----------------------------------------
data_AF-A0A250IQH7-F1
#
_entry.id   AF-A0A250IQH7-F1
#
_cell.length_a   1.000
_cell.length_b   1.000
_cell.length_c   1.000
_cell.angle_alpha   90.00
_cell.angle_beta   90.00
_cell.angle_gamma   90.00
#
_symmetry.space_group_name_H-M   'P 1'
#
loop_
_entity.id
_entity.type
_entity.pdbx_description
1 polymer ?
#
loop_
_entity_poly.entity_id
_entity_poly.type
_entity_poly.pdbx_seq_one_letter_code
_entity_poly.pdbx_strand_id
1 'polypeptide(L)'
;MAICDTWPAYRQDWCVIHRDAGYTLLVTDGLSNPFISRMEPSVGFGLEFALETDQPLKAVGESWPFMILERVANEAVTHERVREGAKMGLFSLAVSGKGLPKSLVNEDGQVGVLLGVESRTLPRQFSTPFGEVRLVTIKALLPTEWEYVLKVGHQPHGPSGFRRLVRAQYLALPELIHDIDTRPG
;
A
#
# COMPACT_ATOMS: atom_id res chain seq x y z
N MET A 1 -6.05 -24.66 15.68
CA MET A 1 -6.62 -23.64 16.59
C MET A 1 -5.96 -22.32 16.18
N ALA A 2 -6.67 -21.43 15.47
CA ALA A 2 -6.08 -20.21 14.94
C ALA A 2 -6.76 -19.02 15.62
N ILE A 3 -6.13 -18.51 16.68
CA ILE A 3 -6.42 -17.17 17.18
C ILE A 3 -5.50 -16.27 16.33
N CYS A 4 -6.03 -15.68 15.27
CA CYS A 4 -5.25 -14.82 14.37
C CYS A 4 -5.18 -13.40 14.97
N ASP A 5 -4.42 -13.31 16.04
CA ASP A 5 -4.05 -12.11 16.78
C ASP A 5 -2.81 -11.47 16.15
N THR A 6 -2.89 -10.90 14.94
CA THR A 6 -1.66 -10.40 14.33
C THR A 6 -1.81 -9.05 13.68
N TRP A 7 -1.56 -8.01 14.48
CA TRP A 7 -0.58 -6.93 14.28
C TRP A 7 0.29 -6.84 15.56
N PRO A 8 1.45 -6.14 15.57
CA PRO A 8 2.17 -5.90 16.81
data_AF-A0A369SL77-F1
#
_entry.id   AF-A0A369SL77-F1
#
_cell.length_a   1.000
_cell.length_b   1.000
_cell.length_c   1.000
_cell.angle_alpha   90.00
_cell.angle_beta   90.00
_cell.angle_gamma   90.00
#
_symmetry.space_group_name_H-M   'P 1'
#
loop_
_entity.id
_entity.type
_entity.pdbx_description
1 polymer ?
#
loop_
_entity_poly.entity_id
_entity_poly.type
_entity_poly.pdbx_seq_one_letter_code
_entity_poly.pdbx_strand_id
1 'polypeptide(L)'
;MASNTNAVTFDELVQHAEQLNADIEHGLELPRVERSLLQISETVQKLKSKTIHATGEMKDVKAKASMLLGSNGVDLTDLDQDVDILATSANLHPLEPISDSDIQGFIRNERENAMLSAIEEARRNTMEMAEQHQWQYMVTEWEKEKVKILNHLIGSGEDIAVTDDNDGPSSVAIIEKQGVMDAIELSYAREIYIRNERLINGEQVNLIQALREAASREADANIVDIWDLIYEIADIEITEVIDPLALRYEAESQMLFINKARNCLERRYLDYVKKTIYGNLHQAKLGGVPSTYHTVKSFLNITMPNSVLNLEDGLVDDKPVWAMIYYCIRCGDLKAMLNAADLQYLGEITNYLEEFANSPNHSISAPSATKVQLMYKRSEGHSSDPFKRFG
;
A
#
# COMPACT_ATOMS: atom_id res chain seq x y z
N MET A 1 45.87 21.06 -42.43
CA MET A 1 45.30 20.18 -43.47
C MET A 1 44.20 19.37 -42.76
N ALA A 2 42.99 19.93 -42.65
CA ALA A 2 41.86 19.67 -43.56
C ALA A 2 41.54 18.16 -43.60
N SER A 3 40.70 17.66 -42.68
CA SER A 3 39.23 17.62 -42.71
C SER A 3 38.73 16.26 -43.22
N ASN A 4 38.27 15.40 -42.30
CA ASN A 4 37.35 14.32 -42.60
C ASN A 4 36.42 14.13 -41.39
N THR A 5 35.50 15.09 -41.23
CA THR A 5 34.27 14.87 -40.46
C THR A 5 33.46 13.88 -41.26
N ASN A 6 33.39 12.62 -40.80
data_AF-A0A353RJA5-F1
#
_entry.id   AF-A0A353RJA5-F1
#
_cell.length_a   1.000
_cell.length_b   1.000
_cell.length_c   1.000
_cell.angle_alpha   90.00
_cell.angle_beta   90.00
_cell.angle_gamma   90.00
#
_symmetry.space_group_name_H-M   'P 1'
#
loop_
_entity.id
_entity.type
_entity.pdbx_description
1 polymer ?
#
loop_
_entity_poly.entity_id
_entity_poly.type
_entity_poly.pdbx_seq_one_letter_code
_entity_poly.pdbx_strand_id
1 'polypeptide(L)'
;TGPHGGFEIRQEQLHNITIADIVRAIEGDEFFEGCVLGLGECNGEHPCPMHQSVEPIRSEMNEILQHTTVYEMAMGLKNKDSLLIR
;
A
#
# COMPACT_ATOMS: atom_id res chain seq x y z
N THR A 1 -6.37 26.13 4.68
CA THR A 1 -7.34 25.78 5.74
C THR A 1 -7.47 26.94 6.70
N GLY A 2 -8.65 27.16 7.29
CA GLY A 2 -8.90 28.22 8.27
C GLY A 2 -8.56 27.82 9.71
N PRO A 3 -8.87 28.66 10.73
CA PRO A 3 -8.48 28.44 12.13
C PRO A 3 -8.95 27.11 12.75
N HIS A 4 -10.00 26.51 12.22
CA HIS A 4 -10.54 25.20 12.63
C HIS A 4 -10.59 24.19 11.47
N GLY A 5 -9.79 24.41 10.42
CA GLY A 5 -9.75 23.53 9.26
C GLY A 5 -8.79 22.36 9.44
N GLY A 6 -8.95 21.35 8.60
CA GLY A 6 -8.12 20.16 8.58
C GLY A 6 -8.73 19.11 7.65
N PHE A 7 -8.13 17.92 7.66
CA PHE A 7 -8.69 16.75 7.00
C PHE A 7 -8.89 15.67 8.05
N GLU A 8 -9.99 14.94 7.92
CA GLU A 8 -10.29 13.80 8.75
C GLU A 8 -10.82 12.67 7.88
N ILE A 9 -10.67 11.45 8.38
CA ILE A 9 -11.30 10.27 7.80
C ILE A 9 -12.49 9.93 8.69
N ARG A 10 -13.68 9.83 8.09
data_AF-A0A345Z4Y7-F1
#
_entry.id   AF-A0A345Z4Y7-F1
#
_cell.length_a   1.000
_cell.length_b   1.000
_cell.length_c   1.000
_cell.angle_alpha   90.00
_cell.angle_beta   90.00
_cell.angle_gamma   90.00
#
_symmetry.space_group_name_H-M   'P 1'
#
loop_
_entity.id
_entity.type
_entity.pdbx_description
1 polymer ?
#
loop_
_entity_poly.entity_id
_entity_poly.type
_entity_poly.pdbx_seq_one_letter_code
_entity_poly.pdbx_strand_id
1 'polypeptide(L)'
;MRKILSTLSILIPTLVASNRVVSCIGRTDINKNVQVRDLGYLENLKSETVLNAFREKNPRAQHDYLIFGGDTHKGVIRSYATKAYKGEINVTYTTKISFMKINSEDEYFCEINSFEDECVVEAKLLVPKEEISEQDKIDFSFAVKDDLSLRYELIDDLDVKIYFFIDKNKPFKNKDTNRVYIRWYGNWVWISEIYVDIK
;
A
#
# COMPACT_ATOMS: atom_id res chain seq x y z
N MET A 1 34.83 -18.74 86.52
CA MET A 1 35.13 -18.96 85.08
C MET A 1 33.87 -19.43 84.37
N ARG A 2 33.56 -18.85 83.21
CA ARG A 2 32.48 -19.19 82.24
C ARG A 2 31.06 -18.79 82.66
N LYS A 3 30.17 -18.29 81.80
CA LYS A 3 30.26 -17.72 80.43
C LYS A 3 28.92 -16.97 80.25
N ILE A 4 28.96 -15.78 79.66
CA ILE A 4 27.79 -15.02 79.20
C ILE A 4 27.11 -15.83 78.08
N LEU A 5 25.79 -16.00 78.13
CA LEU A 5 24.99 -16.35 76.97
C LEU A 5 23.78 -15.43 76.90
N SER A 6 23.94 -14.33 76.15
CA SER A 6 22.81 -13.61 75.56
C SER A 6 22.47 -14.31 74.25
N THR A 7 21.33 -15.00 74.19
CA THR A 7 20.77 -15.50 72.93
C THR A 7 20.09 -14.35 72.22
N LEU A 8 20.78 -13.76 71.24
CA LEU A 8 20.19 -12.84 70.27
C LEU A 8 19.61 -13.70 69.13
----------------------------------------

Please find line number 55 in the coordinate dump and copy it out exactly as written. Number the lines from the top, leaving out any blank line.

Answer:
#